Paul Allison is CitySwift’s Lead Front End Engineer.
Having graduated from NUI Galway with an M.Sc. in Information Systems Management and the top results in his class, Paul has over a decade’s experience and expertise in front end and back end technologies – including senior roles at IBM and TV streaming app Plex.
Paul joined CitySwift in Spring 2019 and has been responsible for engineering the user interfaces of our flagship products - SwiftMetrics, SwiftSchedule and SwiftConnect - from concepts and wireframes through to initial release. He now leads a growing team of front end developers, working on updates and enhancements to these products, as well as brand new tools and technologies that are yet to be released.
What made you choose CitySwift?
I initially applied because I knew the job would involve interesting areas such as data visualisation and I relished the challenge of developing greenfield apps from nothing to first release, as well as the opportunity to grow my own team afterwards. But it was mainly meeting the guys in person that sold me on the job. I could tell straight away that they were sound people and had a clear, intelligent vision for what they wanted the company to achieve.
“I relished the challenge of developing greenfield apps from nothing to first release.”
Tell us about your average day at CitySwift?
As we're a start-up with shifting requirements, we have come up with a good kanban/scrum hybrid approach (the two main agile frameworks). I typically work on one task at a time, based on priorities set by the product team. If there's a code review or somebody needs help, I usually pause what I'm working on and jump on it so that people aren't delayed in getting their work done.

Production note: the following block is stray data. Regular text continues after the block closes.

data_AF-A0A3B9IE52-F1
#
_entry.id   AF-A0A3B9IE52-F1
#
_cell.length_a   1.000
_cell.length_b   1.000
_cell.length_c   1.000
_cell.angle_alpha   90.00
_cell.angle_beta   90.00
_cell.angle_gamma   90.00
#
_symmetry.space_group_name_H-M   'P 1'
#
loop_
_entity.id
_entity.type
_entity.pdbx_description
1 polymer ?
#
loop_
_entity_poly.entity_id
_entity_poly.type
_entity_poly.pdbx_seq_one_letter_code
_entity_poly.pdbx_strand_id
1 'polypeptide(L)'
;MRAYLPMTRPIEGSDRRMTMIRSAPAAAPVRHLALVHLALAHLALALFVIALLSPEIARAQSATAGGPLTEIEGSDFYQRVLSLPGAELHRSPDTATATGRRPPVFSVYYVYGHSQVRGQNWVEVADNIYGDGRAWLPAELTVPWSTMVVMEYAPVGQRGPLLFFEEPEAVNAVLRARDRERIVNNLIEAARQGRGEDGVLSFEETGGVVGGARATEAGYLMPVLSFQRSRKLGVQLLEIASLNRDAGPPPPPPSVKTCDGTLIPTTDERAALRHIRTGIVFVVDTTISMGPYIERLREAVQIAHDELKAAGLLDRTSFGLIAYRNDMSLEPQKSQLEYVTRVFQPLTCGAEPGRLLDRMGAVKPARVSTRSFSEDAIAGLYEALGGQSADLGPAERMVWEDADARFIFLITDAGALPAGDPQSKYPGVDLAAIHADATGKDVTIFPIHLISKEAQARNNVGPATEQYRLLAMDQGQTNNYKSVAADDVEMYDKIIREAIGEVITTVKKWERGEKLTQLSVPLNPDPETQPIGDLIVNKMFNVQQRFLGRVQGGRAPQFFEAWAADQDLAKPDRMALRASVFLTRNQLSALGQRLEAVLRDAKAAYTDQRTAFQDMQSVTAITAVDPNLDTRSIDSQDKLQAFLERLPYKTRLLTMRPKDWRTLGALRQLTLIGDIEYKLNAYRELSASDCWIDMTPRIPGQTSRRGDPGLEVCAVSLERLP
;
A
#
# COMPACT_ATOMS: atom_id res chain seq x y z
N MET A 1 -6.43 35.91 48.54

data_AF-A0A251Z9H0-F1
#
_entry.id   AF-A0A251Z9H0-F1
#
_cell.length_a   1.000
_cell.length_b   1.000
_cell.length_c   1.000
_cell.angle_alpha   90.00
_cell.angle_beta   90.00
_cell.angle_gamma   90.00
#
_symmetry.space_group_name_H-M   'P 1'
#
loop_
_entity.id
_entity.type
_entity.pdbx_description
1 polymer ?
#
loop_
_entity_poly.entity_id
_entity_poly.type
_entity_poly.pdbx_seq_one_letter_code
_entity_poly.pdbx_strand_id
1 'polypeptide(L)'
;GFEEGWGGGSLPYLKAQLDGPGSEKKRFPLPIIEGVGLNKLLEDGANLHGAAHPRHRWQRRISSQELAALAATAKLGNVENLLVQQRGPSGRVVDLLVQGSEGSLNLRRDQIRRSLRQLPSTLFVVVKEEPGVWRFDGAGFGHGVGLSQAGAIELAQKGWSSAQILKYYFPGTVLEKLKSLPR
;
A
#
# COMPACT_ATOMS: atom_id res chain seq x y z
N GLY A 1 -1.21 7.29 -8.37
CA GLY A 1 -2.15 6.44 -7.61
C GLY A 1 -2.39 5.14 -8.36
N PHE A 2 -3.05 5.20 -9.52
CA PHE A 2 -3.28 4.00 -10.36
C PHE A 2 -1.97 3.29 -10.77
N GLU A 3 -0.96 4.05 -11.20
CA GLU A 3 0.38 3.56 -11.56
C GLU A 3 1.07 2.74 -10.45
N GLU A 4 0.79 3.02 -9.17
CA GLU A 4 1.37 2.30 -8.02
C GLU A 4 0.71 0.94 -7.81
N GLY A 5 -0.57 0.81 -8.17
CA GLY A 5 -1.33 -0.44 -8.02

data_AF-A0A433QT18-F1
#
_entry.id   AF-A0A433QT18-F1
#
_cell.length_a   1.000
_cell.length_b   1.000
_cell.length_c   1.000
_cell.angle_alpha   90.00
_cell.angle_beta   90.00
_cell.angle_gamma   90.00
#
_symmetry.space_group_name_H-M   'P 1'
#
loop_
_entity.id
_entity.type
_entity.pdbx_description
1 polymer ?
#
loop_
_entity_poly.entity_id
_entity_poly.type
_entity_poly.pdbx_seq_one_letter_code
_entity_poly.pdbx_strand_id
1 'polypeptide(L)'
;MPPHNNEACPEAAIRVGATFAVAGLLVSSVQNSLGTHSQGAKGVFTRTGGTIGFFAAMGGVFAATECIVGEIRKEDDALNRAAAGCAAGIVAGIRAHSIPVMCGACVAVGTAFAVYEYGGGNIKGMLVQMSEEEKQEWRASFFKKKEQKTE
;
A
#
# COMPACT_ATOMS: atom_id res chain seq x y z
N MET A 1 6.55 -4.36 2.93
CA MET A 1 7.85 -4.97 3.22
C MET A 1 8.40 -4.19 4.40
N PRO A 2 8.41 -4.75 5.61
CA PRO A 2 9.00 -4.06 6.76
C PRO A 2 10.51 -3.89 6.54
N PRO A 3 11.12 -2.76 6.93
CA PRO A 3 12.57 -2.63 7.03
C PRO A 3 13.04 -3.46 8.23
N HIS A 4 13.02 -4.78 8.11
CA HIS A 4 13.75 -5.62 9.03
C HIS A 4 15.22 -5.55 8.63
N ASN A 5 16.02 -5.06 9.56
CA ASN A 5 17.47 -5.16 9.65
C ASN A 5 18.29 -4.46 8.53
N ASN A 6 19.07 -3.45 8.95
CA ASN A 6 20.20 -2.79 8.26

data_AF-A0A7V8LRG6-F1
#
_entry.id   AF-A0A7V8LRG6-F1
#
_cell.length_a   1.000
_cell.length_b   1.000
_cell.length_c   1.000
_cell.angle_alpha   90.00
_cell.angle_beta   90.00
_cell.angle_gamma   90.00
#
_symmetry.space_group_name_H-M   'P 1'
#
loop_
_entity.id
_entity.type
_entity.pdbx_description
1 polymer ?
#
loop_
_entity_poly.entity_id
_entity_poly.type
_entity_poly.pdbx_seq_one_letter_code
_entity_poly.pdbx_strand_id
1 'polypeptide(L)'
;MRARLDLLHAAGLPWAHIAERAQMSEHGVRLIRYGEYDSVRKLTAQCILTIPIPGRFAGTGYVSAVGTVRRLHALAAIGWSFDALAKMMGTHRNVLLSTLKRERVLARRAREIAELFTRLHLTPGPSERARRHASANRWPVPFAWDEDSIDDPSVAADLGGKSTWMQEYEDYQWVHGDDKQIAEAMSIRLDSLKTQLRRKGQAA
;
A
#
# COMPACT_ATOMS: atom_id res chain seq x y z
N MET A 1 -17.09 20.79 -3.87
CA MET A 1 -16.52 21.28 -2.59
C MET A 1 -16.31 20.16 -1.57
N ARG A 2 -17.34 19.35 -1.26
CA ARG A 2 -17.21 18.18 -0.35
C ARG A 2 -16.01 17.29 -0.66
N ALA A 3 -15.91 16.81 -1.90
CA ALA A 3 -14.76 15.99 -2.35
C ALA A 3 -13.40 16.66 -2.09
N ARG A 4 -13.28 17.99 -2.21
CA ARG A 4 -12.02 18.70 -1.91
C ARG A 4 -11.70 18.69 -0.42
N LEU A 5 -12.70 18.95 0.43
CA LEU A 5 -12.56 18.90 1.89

When did you realise CitySwift’s products were going to take off in the way they have?
I actually thought they would from the very beginning. The team already had contacts in the bus industry, so they were able to come up with very useful apps based on feedback from industry experts and potential future clients. There was a lot of work and thought put into the initial UX designs and wireframes.
What have you been most proud of since joining CitySwift?
We got our three main products to market quickly, due to strong client demand. There were very few bugs for something developed in such a short timeframe by a small team. I’m proud we didn’t sacrifice code quality to meet those deadlines. Due to the Covid crisis, we have had to shift from being office-based to working from home, but the team is still super-productive and we have collaborated really well despite the challenges of remote working.
“The team is still super-productive and we have collaborated really well despite the challenges of remote working.”
What has been the biggest challenge in terms of developing software for the bus industry?
Possibly developing maps for mobile devices. Maps are created by vectors which can be intensive on a phone's limited graphic and computing power. Making sure they are still performant on a low-end device can be challenging.
How does CitySwift decide which technology/library/approach to use?
I've been lucky in that regard, as I have been given the freedom to pick the best front end tech. I make decisions based on how easy the technology is to use, proven developer satisfaction, roadmaps for future upgrades, and the ecosystem (how easy it is to find online help and code/libraries to reuse).
How do you collaborate with the wider tech team?
There is 100% collaboration at all times. I work closely with our senior back end developer so that I know exactly what to expect regarding API calls that he needs and the responses I receive to display. The entire tech team gets on really well and there are no egos.
What makes CitySwift different to other companies you have worked for?
Transparency. Every week, you receive an honest update about how the company is doing. Your ideas are heard at every level, all the way up to the CEO. Unlike a typical corporation, there are no politics as everyone wants to band together to make the company succeed – rather than people stepping over one another to try to work their way up the ladder. People are rewarded for their actions, not talking. Lastly, the team has become friends outside of work, a lot more so than in than your typical workplace.
“Every week, you receive an honest update about how the company is doing. Your ideas are heard at every level, all the way up to the CEO.”
We’re hiring 50 new team members over the next two years. Check out our currently open roles.